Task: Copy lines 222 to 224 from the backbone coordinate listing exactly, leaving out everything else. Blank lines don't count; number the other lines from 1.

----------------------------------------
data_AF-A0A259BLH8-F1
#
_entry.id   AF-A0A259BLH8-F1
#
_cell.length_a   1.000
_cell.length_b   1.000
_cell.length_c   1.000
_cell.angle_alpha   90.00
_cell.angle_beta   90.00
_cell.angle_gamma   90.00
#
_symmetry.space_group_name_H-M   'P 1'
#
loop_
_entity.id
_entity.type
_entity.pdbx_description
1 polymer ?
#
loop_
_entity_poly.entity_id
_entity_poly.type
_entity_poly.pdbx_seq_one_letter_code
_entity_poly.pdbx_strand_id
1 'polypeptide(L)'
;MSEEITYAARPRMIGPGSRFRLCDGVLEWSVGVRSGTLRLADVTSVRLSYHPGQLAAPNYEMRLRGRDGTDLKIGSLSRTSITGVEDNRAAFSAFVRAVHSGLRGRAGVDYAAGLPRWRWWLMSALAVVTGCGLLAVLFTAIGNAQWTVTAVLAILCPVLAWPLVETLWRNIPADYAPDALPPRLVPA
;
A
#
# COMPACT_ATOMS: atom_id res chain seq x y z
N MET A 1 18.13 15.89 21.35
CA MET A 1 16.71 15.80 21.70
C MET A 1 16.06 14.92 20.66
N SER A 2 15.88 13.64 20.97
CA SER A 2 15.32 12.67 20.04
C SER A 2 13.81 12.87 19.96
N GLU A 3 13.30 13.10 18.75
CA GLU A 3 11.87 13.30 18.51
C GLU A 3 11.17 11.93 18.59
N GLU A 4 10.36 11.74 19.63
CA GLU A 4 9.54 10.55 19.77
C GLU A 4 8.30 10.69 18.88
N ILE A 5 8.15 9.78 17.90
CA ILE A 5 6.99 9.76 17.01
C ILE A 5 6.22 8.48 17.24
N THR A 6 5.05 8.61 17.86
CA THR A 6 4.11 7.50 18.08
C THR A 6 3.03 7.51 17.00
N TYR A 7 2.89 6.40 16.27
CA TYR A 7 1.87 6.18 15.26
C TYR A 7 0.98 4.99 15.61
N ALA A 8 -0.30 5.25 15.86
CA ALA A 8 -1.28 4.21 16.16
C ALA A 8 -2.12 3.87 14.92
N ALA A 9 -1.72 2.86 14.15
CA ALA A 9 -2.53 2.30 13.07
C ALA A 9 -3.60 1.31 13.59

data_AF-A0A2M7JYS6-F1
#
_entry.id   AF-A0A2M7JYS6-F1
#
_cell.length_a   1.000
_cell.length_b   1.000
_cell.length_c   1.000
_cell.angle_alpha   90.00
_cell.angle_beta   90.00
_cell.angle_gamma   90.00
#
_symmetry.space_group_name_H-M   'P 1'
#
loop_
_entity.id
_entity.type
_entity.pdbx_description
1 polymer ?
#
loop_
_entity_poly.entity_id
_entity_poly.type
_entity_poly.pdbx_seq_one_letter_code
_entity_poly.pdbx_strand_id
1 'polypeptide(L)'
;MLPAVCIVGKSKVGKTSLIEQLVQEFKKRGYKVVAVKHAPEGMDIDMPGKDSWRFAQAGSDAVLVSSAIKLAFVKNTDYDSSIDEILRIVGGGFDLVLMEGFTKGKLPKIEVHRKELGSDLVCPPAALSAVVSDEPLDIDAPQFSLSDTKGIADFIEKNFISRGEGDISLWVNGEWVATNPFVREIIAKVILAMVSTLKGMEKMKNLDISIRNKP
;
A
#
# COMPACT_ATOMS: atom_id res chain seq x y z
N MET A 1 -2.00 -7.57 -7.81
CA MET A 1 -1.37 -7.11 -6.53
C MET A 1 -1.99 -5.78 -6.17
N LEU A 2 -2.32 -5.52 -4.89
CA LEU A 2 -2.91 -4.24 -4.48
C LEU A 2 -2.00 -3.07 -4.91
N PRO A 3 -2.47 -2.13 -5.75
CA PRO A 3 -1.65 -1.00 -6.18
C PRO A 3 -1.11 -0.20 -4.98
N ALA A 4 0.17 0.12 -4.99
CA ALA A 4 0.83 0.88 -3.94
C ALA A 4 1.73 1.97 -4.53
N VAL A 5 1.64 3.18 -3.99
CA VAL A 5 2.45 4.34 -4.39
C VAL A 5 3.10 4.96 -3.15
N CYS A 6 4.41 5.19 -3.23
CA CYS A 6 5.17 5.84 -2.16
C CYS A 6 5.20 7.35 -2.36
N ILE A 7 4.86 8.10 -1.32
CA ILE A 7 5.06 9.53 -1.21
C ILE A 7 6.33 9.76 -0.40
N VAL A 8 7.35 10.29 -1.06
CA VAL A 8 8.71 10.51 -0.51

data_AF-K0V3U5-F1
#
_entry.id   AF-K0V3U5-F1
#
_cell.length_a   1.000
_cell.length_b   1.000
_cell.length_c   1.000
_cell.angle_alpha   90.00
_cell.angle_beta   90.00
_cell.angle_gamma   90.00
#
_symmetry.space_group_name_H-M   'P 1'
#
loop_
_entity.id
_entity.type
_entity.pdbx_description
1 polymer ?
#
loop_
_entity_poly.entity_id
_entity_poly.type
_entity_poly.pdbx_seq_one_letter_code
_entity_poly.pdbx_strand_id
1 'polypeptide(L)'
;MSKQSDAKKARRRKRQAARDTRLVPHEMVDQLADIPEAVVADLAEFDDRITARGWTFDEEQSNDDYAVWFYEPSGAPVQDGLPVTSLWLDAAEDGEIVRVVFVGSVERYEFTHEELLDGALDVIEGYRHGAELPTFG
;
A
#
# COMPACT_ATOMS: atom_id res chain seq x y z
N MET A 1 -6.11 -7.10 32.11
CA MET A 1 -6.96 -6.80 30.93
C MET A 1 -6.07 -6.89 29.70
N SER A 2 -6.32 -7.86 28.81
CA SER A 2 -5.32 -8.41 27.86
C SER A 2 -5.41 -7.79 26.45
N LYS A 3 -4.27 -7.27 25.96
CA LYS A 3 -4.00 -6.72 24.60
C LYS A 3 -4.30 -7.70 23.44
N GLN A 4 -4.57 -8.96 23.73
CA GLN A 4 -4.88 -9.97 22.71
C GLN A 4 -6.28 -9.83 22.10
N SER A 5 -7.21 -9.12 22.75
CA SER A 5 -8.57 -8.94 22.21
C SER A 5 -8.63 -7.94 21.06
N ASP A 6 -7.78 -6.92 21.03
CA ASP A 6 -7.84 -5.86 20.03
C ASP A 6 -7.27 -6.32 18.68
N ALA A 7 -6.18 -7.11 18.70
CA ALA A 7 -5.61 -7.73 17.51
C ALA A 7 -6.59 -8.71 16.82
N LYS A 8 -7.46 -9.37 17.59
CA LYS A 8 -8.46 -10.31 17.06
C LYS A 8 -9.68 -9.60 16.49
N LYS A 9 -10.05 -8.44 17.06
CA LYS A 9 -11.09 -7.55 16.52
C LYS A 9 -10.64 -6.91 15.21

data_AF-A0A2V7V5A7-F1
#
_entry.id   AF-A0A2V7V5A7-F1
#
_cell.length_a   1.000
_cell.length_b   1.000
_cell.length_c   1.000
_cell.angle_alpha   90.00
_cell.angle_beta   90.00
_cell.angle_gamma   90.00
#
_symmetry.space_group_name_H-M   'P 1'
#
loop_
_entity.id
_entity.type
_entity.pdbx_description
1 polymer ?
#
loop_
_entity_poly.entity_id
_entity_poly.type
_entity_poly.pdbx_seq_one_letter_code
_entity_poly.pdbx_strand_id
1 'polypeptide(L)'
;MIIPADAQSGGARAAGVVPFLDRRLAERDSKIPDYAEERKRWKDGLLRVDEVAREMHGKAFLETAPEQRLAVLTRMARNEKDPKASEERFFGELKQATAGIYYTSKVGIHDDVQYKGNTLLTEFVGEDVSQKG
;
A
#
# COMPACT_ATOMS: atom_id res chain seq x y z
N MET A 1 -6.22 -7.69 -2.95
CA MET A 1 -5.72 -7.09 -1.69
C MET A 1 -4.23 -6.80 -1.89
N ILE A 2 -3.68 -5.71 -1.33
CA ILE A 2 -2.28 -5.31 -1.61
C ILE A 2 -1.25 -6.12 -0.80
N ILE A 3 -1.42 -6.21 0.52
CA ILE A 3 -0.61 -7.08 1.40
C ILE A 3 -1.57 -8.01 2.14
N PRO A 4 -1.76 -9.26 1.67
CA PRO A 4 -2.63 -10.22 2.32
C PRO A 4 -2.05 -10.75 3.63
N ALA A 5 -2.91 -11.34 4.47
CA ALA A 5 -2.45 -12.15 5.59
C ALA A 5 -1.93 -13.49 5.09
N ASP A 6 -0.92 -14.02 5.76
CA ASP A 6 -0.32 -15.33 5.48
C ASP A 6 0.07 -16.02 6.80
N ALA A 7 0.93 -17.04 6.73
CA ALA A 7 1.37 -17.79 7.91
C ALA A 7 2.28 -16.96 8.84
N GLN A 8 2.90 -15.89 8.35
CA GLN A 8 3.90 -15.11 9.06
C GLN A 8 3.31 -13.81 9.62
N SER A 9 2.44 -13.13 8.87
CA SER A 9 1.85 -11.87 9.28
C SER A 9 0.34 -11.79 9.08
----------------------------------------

N SER A 9 2.44 -13.13 8.87
CA SER A 9 1.85 -11.87 9.28
C SER A 9 0.34 -11.79 9.08